Thursday, October 29, 2009

Our Day in Nuremburg (#4 of Germany)

Nuremburg was an interesting and ancient city. We spent our time in the old town city center and ended up not having the time to tour the WWII history sites. I guess that's a good excuse to make another trip there, right?!

Many of the buildings in Nuremburg had sculptures, like this one, placed on the corners.

This is a view of St. Sebaldus Church, built in the 13th century.

This is The Schoner Brunnern, which means "beautiful fountain" and is in the main market square (Hauptmarkt). It was built sometime in the 14th century. There is a solid brass ring that hangs from the fountain and the superstition is that if you turn it three times, your wish will come true. Apparently, the people really believe that to be true, as there sure was a crowd of people lining up to turn the ring.

The day we were in Nuremburg they were having a Market day in the square, where they were selling all kinds of things, including some yummy looking food. Peggy and Fawn were eying those huge pretzels with the idea that they might make a great lunch.

This is The Frauenkirche, a Gothic church built between 1350-58, that sits in the middle of the Market Square.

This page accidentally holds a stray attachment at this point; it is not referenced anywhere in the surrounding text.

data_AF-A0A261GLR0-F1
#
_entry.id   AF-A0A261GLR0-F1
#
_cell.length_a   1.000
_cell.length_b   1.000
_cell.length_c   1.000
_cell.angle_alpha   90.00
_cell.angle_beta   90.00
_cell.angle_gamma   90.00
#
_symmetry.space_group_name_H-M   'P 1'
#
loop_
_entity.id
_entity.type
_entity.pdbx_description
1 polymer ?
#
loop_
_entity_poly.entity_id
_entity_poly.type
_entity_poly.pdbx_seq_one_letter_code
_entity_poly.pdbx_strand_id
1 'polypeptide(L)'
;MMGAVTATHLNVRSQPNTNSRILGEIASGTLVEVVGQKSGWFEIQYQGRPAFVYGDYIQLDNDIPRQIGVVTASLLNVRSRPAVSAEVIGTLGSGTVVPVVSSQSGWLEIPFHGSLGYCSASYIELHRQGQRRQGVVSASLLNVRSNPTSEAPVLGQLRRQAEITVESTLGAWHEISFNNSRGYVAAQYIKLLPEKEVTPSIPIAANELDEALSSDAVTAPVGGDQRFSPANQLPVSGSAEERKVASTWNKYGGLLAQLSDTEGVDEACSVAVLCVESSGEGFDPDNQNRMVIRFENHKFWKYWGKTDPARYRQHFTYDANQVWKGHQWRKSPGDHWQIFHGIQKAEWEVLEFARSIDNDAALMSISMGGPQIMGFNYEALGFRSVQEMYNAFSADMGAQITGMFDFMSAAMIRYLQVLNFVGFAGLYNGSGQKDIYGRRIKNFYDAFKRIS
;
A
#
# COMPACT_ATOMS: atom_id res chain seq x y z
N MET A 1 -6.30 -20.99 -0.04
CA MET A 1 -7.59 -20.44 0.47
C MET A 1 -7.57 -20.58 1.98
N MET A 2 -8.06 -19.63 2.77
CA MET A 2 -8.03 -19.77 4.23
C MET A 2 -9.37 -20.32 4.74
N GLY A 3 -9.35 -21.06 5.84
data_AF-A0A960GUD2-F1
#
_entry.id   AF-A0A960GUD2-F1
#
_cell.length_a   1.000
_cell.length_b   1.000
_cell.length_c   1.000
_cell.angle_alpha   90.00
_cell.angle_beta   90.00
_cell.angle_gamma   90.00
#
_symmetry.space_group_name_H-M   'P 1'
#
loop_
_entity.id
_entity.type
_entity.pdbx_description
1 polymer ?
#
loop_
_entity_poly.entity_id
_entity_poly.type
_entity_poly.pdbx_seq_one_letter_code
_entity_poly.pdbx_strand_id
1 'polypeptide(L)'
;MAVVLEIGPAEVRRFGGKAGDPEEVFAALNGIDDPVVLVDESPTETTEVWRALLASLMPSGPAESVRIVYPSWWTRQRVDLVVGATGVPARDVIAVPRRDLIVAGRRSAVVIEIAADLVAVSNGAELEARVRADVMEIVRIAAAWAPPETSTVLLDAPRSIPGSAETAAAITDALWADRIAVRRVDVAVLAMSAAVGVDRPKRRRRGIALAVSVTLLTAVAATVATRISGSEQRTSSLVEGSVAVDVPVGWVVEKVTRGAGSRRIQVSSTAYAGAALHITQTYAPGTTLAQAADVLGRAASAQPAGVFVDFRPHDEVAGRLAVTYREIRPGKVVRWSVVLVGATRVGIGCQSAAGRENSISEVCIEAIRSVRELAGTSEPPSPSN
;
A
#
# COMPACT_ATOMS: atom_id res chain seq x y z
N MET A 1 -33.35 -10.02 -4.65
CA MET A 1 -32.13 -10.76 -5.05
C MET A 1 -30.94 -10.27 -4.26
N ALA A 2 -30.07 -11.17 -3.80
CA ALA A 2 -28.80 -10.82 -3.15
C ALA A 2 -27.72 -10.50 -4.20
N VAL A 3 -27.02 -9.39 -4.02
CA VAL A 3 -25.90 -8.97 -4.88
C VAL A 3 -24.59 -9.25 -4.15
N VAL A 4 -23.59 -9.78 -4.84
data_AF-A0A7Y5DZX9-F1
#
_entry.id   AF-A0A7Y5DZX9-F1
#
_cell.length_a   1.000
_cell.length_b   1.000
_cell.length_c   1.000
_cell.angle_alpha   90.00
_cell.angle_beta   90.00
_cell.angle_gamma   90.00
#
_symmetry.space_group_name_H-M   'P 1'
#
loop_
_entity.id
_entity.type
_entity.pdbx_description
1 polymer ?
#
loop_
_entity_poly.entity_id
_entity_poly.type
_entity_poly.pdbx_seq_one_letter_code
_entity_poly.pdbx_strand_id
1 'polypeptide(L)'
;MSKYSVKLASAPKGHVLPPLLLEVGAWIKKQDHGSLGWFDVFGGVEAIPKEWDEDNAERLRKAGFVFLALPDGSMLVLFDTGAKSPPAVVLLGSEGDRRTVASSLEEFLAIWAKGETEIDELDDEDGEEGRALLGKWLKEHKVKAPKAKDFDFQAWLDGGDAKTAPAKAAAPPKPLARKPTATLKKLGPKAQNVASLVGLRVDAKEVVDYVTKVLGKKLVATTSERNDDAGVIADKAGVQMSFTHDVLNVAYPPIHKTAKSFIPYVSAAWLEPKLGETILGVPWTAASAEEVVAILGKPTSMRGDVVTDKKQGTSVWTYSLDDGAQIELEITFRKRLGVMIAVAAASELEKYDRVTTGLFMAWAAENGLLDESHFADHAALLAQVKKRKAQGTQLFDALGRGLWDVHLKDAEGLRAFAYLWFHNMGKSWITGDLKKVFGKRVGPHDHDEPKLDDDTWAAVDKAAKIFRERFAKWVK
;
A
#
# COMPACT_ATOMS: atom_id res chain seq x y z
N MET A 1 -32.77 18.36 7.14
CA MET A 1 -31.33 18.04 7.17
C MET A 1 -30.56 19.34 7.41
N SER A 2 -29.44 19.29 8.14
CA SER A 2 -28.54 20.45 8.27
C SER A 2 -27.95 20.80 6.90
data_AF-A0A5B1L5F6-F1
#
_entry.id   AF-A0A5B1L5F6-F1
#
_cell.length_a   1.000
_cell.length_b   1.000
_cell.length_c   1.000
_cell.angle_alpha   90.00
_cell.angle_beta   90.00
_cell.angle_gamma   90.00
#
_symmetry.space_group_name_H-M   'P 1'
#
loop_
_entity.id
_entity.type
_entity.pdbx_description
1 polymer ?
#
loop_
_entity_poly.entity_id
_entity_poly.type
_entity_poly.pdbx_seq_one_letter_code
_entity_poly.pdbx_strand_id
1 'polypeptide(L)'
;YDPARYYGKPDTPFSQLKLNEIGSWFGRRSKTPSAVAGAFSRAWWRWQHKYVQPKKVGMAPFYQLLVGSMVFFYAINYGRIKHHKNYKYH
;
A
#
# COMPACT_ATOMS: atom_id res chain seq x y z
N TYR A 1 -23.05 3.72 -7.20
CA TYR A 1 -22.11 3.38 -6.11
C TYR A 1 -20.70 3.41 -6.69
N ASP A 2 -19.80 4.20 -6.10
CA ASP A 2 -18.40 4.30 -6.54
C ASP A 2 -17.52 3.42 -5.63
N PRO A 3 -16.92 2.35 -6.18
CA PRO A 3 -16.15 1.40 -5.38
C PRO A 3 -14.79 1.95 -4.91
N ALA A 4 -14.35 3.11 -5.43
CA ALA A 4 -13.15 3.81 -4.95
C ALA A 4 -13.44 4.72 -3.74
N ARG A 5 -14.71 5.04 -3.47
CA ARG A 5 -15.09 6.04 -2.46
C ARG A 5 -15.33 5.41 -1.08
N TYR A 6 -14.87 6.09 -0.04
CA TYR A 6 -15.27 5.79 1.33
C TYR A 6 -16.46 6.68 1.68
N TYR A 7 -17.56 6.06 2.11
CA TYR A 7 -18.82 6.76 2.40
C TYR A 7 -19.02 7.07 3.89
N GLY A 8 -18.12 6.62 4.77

Each day at noon, figures come marching out, that are said to be seven electoral princes, and these figures march around another figure (Charles IV) three times to chimed music. We were fortunate enough to be there at just the right time to watch this spectacle.

Peggy , Fawn, and Liz standing in the doorway of The Frauenkirche.

A view of the Market Square from across the street.

A closer view of St. Sebaldus Church.

Fawn on a Nuremburg, cobblestoned, street.

An ornate building in Nuremburg.

I liked the clock painted on the face of the building. These clocks appeared to work, as they did seem to have a shadow covering a number that coordinated with the correct time of day.

Another sculpture on the corner of a building.

The Kaiserburg (Imperial Castle) in Nuremburg.

That's me at the entrance to the Kaiserburg.

Peggy and Liz taking pictures in the courtyard of the Kaiserburg.

The gate we entered through.

More views of the Kaiserburg.

Mary, Fawn, and Liz by the door that leads into the Kaiserburg courtyard.

More views of the Kaiserburg courtyard.

The central tower of the Kaiserburg.

Liz, Mary, and Fawn in the Kaiserburg courtyard.

A view of the city of Nuremburg from the Kaiserburg.

This building is just outside the Kaiserburg. I liked all of those interesting dormers on it's roof.

That's Peggy pointing out our location on this relief map of Nuremburg.

The next day we took a drive along the Romantic Road in Germany, so I'll post some of those pictures tomorrow.

Wednesday, October 28, 2009

Our Home In Morlesau, Germany (post #3 of Germany)

We spent our first four nights in the darling little village of
Morlesau, Germany. This little village was very old and didn't
have any shops; just homes, farms, and one restaurant.

We stayed in this old school, built in 1822, and used by the children of Morlesau until 1959.
It's now converted into a home.

This is a picture of it from the back. That's Peggy, Fawn, Liz, and our